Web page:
Regeneration, or the new birth, was certainly important to Jesus. In John 3 Jesus tells Nicodemus that unless he is born again he cannot enter the kingdom of God! Jesus goes on to highlight the sovereignty of the Spirit in the new birth as well, comparing him to the wind which blows wherever it pleases. This reminds us that since Jesus’ interaction with Nicodemus there has been a long history of debate over exactly what it means to be “born again,” a debate that has preoccupied the best theological minds, including Augustine, Martin Luther, John Calvin, the Synod of Dort, John Owen, Jonathan Edwards, and many, many others. The key questions in this controversial matter are these: Does God work alone (monergism) to create new spiritual life in depraved sinners, or does God and man cooperate with one another (synergism), man having the final say in whether God’s grace will be accepted or rejected? Also, does regeneration precede and cause conversion (faith and repentance), or is the Spirit’s supernatural work in regeneration conditioned upon man’s will to believe? We believe Scripture overwhelmingly supports the former. Anything else would compromise the sovereignty of God and rob him of his glory in salvation.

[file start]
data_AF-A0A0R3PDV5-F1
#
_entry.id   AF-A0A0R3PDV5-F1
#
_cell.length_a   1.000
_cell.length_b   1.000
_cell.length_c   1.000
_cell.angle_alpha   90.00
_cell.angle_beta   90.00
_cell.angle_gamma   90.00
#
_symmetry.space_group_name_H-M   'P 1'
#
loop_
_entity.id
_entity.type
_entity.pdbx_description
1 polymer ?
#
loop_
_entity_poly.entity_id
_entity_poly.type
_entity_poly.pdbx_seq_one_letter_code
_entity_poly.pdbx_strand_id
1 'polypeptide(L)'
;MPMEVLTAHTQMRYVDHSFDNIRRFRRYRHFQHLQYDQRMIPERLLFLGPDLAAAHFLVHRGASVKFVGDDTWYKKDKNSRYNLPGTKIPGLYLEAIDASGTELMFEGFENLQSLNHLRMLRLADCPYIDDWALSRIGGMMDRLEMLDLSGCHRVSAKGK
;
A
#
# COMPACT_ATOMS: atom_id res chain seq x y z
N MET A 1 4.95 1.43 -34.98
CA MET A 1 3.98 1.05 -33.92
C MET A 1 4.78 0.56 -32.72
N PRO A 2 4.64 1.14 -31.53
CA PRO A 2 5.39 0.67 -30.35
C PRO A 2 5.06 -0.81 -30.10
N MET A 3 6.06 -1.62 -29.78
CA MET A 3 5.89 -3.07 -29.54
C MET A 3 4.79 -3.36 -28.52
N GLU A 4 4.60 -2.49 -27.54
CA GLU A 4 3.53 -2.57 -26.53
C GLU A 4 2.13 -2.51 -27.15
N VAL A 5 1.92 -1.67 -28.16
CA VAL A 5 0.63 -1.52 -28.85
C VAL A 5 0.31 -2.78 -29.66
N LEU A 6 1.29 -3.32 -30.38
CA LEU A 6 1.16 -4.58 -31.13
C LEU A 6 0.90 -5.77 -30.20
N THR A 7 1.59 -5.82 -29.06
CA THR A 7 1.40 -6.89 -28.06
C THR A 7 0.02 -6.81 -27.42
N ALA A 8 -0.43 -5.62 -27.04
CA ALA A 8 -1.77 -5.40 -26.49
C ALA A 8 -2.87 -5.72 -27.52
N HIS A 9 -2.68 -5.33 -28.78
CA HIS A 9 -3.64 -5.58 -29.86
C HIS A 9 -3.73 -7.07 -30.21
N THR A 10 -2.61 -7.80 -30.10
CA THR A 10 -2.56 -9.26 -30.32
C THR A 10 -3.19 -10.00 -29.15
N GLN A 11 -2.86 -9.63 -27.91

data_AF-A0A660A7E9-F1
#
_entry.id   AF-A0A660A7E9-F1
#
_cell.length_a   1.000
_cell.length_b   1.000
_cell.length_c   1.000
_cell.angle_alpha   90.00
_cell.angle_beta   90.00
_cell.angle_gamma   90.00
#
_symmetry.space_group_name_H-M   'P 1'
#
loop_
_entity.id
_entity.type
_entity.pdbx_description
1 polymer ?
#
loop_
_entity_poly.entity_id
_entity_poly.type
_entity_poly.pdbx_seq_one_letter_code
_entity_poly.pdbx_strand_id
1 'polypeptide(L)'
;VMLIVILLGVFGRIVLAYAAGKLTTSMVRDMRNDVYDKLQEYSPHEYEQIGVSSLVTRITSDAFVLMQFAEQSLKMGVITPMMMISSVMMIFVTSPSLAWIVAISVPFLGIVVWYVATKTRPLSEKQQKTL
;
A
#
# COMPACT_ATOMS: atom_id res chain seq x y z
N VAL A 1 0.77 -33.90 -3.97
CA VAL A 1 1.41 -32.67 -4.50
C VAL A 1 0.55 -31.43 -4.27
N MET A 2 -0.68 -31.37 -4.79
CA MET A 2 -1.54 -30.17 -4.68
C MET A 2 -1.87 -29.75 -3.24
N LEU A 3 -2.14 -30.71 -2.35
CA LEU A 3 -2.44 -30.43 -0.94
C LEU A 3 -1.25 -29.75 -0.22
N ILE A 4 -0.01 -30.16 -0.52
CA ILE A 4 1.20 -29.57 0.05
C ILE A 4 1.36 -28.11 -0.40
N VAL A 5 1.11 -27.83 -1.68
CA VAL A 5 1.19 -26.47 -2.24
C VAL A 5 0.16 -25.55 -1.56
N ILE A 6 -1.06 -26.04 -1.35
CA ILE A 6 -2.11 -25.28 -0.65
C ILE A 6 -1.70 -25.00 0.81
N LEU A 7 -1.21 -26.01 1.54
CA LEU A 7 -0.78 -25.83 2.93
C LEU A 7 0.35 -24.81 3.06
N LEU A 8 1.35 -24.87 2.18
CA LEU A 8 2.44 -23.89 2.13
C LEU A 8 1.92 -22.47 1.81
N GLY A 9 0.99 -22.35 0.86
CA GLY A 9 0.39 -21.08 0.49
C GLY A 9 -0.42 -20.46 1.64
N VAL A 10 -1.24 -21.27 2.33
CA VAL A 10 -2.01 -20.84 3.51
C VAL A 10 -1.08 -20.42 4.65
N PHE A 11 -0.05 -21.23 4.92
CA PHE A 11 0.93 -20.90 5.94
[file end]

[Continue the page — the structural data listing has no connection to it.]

Join us in this issue as we explore the doctrine of regeneration, a doctrine so important that Jesus himself felt it was the first thing he needed to address on that dark night when Nicodemus approached him with the most piercing of spiritual questions.
Contributors include Matthew Barrett, Thomas Nettles, Jonathan Leeman, Douglas Sweeney, Leonardo De Chirico, Andy Naselli, and Tom Ascol.
Matthew Barrett, Executive Editor